Integrating Jasypt with Hibernate 3.x or 4.x

Jasypt provides the jasypt-hibernate3 and jasypt-hibernate4 artifacts for Hibernate integration. Since jasypt 1.9.0, these artifacts must be added to your classpath separately.

These integration libraries include several Hibernate UserType implementations that allow one or several of the properties in a mapped Hibernate entity to be declared as being of an encrypted type. Types allowed to be stored as encrypted include strings, binaries (byte arrays), numeric types, booleans and dates.

Jasypt also provides two Connection Provider (org.hibernate.connection.ConnectionProvider) implementations which let the user declare the datasource parameters in an encrypted manner.

Transparent data encryption with Jasypt and Hibernate

Thanks to the use of custom UserType implementations, jasypt allows your applications to store encrypted data for their hibernate mapped entities, but in a completely transparent way for the application's logic.

This can be useful for encrypting personal data, private messages, etc, so that it is avoided that anyone with read access to the "critical" tables can read all of its contents.

For encryption at Hibernate, jasypt uses its password-based encryption capabilities, and any encryptor object implementing PBEStringEncryptor, PBEByteEncryptor, PBEBigIntegerEncryptor or PBEBigDecimalEncryptor can be used to encrypt data, even encryptors created by the user.

But encryption sets a limitation on your Hibernate usage: security standards establish that two different encryption operations on the same data should not return the same value (due to the use of a random salt). Because of this, none of the fields that are set to be encrypted when persisted can be a part of a WHERE clause in your search queries for the entity they belong to.

Encryption types

Java typeSQL typeJasypt Hibernate type (org.jasypt.hibernate*.type)Specific features
StringVARCHAR, CLOB, TEXTEncryptedStringType
byte[]VARBINARY, BLOBEncryptedBinaryTypeHonors hibernate.jdbc.use_streams_for_binary.
ByteVARCHAR, CLOB, TEXTEncryptedByteAsStringType
ShortVARCHAR, CLOB, TEXTEncryptedShortAsStringType
IntegerVARCHAR, CLOB, TEXTEncryptedIntegerAsStringType
LongVARCHAR, CLOB, TEXTEncryptedLongAsStringType
BigIntegerNUMERIC, NUMBEREncryptedBigIntegerType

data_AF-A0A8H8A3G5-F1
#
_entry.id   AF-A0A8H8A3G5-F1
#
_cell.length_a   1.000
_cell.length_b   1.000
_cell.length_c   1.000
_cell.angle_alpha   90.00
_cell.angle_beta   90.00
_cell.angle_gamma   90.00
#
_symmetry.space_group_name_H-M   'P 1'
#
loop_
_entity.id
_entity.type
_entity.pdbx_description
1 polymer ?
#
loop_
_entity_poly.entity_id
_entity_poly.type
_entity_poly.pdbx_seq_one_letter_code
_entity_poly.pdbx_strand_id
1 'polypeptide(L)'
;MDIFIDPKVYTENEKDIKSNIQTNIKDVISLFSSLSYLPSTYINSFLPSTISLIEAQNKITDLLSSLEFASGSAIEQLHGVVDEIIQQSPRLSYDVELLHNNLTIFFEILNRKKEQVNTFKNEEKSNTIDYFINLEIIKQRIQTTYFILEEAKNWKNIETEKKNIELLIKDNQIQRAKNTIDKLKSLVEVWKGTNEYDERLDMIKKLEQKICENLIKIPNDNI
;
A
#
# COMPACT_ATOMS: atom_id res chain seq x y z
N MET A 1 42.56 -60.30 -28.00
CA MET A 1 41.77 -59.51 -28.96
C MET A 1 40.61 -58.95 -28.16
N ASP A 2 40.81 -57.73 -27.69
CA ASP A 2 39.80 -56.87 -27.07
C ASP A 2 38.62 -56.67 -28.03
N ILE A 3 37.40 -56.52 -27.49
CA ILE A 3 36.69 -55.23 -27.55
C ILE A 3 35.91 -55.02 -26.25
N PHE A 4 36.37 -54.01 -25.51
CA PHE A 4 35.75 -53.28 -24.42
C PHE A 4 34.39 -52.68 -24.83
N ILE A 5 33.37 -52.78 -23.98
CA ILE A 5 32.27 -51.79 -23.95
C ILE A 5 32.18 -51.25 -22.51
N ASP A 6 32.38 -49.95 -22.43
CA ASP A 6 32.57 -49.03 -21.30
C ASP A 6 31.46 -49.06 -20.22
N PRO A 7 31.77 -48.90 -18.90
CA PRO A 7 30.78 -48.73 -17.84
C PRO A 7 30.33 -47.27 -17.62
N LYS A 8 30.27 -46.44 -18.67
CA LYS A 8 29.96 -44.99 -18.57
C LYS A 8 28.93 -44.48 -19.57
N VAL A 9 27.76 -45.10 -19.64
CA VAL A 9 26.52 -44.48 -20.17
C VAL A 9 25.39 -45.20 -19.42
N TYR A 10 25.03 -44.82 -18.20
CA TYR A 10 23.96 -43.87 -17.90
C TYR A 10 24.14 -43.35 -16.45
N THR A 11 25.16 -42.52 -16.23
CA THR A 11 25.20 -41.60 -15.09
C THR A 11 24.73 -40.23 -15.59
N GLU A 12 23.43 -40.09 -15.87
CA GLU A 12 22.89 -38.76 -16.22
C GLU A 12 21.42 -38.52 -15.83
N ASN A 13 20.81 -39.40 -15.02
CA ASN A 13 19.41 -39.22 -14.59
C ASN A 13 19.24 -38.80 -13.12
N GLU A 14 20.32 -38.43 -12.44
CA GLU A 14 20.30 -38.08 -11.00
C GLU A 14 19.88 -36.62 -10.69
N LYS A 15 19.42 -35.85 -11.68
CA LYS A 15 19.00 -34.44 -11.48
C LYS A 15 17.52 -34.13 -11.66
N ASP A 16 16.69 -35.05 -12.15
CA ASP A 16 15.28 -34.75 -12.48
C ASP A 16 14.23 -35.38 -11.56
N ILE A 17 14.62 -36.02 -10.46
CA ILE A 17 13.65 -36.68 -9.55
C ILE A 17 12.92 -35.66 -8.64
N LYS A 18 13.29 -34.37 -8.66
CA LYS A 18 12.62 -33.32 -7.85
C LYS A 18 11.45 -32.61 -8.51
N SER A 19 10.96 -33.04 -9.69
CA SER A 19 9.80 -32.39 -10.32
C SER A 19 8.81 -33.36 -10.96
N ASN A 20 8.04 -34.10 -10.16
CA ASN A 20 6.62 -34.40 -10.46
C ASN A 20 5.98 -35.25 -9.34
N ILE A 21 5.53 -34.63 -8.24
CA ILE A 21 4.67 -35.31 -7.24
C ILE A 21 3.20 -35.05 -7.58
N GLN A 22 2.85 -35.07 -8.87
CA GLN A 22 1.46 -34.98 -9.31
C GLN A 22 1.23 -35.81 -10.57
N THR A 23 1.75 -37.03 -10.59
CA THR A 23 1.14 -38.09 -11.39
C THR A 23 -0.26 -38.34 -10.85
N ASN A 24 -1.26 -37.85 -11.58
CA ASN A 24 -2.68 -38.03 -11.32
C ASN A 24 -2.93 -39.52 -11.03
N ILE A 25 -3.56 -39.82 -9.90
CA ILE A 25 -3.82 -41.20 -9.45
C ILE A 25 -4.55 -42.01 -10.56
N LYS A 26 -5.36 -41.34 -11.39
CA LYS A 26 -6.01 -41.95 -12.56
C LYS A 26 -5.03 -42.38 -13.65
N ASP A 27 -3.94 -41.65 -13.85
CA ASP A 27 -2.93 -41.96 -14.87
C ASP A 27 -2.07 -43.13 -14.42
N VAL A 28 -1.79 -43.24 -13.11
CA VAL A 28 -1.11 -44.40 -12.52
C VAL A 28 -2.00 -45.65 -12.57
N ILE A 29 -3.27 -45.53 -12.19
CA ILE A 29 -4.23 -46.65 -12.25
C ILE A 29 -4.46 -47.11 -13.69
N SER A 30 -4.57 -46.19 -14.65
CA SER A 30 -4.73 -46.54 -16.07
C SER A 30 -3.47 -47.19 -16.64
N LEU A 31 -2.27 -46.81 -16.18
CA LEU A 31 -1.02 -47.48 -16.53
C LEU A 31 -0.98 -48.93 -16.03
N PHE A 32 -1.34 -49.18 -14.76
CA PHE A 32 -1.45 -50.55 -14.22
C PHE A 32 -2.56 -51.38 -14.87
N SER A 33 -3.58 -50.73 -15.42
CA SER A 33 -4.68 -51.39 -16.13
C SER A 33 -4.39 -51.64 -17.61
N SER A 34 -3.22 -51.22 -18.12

BigIntegerVARCHAR, CLOB, TEXTEncryptedBigIntegerAsStringType
FloatVARCHAR, CLOB, TEXTEncryptedFloatAsStringType
DoubleVARCHAR, CLOB, TEXTEncryptedDoubleAsStringType
BigDecimalNUMERIC, NUMBEREncryptedBigDecimalTypeNeeds an additional decimalScale property.
BigDecimalVARCHAR, CLOB, TEXTEncryptedBigDecimalAsStringType
BooleanVARCHAR, CLOB, TEXTEncryptedBoleanAsStringType
DateVARCHAR, CLOB, TEXTEncryptedDateAsStringType
CalendarVARCHAR, CLOB, TEXTEncryptedCalendarAsStringTypeOffers an additional storeTimeZone property.

When storing an encrypted field, note that you will need a higher amount of space to store the result of the encryption than the space you would need to store the unencrypted piece of data. This is specially important when encrypting with EncryptedBigIntegerType or EncryptedBigDecimalType, as NUMBER and NUMERIC fields are defined by means of digits, not bytes, and thus the difference of size will be much higher than intuitively expected (normally you won't use a field smaller than a NUMERIC(60) to store an encrypted normal-size BigInteger).

Configuration

Setting jasypt to encrypt data with hibernate requires two separate actions:

  1. Configuring the Hibernate mapping.
  2. Providing the encryptor to Hibernate.
Configuring the Hibernate mapping

The Hibernate mapping file can be configured in two different ways:

  1. By extension, declaring the encryptor parameters in the mapping itself (password, algorithm, providerName, etc). This is not very recommended (the mapping file does not seem like a right place for a password) but can be useful in some situations. When this method is selected, the encryptor implementation used is always a StandardPBEStringEncryptor.
      <hibernate-mapping package="myapp">
        ...
        <typedef name="encryptedString" class="org.jasypt.hibernate4.type.EncryptedStringType">
          <param name="algorithm">PBEWithMD5AndTripleDES</param>
          <param name="password">jasypt</param>
          <param name="keyObtentionIterations">1000</param>
        </typedef>
        ...
        <class name="UserData" table="USER_DATA">
          ...
          <property name="address" column="ADDRESS" type="encryptedString" />
          ...
        <class>
        ...
      <hibernate-mapping>

    Note: only "password" is a required parameter.
    If this configuration method is used, it is not necessary to provide an encryptor to Hibernate (like explained below).

  2. By using a registered encryptor, which will be registered with a specific name. This way, all we will have to use in the mapping file is this name (encryptorRegisteredName).
      <hibernate-mapping package="myapp">
        ...
        <typedef name="encrypted" class="org.jasypt.hibernate4.type.EncryptedStringType">
          <param name="encryptorRegisteredName">strongHibernateStringEncryptor</param>
        </typedef>
        ...
        <class name="UserData" table="USER_DATA">
          ...
          <property name="address" column="ADDRESS" type="encrypted" />
          ...
        <class>
        ...
      <hibernate-mapping>
Providing the encryptor to Hibernate

If we have chosen to use the encryptorRegisteredName parameter in our Hibernate mapping file, we will need to bind somehow an encryptor object to that name. This can be done in two different manners, depending on whether we are using an IoC container like Spring or not.